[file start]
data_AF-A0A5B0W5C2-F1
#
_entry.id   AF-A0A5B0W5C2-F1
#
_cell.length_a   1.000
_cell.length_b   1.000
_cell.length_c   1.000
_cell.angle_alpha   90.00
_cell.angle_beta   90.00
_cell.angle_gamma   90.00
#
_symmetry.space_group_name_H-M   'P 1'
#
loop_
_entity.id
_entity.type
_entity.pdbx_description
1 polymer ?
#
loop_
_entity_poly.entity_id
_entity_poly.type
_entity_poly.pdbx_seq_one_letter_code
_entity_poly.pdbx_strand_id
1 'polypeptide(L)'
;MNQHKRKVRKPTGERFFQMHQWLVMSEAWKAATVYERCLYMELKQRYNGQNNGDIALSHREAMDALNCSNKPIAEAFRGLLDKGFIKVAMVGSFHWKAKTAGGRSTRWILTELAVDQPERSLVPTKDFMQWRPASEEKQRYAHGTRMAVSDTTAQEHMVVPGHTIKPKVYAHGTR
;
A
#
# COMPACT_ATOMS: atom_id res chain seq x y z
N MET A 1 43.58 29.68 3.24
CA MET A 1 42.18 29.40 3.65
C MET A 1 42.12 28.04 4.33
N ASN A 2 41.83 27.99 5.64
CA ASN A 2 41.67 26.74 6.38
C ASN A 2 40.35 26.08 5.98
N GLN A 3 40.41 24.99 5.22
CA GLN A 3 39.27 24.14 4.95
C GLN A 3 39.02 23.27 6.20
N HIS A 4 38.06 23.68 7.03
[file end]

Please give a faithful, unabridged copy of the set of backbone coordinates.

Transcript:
data_AF-A0A5B0W5C2-F1
#
_entry.id   AF-A0A5B0W5C2-F1
#
_cell.length_a   1.000
_cell.length_b   1.000
_cell.length_c   1.000
_cell.angle_alpha   90.00
_cell.angle_beta   90.00
_cell.angle_gamma   90.00
#
_symmetry.space_group_name_H-M   'P 1'
#
loop_
_entity.id
_entity.type
_entity.pdbx_description
1 polymer ?
#
loop_
_entity_poly.entity_id
_entity_poly.type
_entity_poly.pdbx_seq_one_letter_code
_entity_poly.pdbx_strand_id
1 'polypeptide(L)'
;MNQHKRKVRKPTGERFFQMHQWLVMSEAWKAATVYERCLYMELKQRYNGQNNGDIALSHREAMDALNCSNKPIAEAFRGLLDKGFIKVAMVGSFHWKAKTAGGRSTRWILTELAVDQPERSLVPTKDFMQWRPASEEKQRYAHGTRMAVSDTTAQEHMVVPGHTIKPKVYAHGTR
;
A
#
# COMPACT_ATOMS: atom_id res chain seq x y z
N MET A 1 43.58 29.68 3.24
CA MET A 1 42.18 29.40 3.65
C MET A 1 42.12 28.04 4.33
N ASN A 2 41.83 27.99 5.64
CA ASN A 2 41.67 26.74 6.38
C ASN A 2 40.35 26.08 5.98
N GLN A 3 40.41 24.99 5.22
CA GLN A 3 39.27 24.14 4.95
C GLN A 3 39.02 23.27 6.20
N HIS A 4 38.06 23.68 7.03